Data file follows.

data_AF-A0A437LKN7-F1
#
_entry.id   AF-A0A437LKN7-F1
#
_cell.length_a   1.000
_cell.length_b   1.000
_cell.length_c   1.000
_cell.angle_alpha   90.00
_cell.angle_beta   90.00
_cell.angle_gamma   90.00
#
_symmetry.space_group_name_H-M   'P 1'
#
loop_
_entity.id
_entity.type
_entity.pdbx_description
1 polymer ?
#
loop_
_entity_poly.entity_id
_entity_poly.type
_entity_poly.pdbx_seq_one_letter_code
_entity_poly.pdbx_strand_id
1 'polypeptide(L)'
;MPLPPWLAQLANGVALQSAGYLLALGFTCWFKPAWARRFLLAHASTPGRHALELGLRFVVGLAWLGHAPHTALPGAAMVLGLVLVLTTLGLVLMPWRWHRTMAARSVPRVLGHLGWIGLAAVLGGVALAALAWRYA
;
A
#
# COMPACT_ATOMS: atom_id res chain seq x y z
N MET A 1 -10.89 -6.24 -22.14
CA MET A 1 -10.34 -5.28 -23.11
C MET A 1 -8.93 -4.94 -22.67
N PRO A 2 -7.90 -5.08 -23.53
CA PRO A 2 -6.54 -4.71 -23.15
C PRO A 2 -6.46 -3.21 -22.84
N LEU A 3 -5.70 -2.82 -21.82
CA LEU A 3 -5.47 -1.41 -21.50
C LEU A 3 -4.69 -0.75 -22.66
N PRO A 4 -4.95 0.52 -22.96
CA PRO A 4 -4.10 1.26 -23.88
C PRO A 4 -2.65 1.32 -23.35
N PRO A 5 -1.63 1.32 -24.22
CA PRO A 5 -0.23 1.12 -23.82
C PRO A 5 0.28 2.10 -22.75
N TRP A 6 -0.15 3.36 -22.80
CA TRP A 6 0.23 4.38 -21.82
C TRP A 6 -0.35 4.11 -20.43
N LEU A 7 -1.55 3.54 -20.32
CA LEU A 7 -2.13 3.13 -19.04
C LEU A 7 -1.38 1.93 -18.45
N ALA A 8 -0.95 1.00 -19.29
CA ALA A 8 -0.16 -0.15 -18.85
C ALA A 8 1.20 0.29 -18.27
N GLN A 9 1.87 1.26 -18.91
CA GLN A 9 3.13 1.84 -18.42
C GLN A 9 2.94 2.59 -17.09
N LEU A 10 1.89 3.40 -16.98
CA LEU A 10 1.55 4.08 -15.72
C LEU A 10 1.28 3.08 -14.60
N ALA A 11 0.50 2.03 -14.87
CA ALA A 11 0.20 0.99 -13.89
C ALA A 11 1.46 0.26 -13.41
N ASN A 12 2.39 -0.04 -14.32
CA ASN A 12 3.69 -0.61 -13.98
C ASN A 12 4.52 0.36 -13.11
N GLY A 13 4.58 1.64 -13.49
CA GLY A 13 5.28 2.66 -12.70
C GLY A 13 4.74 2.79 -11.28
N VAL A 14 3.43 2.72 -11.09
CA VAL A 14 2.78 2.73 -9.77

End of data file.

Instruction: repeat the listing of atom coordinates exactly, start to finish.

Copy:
data_AF-A0A437LKN7-F1
#
_entry.id   AF-A0A437LKN7-F1
#
_cell.length_a   1.000
_cell.length_b   1.000
_cell.length_c   1.000
_cell.angle_alpha   90.00
_cell.angle_beta   90.00
_cell.angle_gamma   90.00
#
_symmetry.space_group_name_H-M   'P 1'
#
loop_
_entity.id
_entity.type
_entity.pdbx_description
1 polymer ?
#
loop_
_entity_poly.entity_id
_entity_poly.type
_entity_poly.pdbx_seq_one_letter_code
_entity_poly.pdbx_strand_id
1 'polypeptide(L)'
;MPLPPWLAQLANGVALQSAGYLLALGFTCWFKPAWARRFLLAHASTPGRHALELGLRFVVGLAWLGHAPHTALPGAAMVLGLVLVLTTLGLVLMPWRWHRTMAARSVPRVLGHLGWIGLAAVLGGVALAALAWRYA
;
A
#
# COMPACT_ATOMS: atom_id res chain seq x y z
N MET A 1 -10.89 -6.24 -22.14
CA MET A 1 -10.34 -5.28 -23.11
C MET A 1 -8.93 -4.94 -22.67
N PRO A 2 -7.90 -5.08 -23.53
CA PRO A 2 -6.54 -4.71 -23.15
C PRO A 2 -6.46 -3.21 -22.84
N LEU A 3 -5.70 -2.82 -21.82
CA LEU A 3 -5.47 -1.41 -21.50
C LEU A 3 -4.69 -0.75 -22.66
N PRO A 4 -4.95 0.52 -22.96
CA PRO A 4 -4.10 1.26 -23.88
C PRO A 4 -2.65 1.32 -23.35
N PRO A 5 -1.63 1.32 -24.22
CA PRO A 5 -0.23 1.12 -23.82
C PRO A 5 0.28 2.10 -22.75
N TRP A 6 -0.15 3.36 -22.80
CA TRP A 6 0.23 4.38 -21.82
C TRP A 6 -0.35 4.11 -20.43
N LEU A 7 -1.55 3.54 -20.32
CA LEU A 7 -2.13 3.13 -19.04
C LEU A 7 -1.38 1.93 -18.45
N ALA A 8 -0.95 1.00 -19.29
CA ALA A 8 -0.16 -0.15 -18.85
C ALA A 8 1.20 0.29 -18.27
N GLN A 9 1.87 1.26 -18.91
CA GLN A 9 3.13 1.84 -18.42
C GLN A 9 2.94 2.59 -17.09
N LEU A 10 1.89 3.40 -16.98
CA LEU A 10 1.55 4.08 -15.72
C LEU A 10 1.28 3.08 -14.60
N ALA A 11 0.50 2.03 -14.87
CA ALA A 11 0.20 0.99 -13.89
C ALA A 11 1.46 0.26 -13.41
N ASN A 12 2.39 -0.04 -14.32
CA ASN A 12 3.69 -0.61 -13.98
C ASN A 12 4.52 0.36 -13.11
N GLY A 13 4.58 1.64 -13.49
CA GLY A 13 5.28 2.66 -12.70
C GLY A 13 4.74 2.79 -11.28
N VAL A 14 3.43 2.72 -11.09
CA VAL A 14 2.78 2.73 -9.77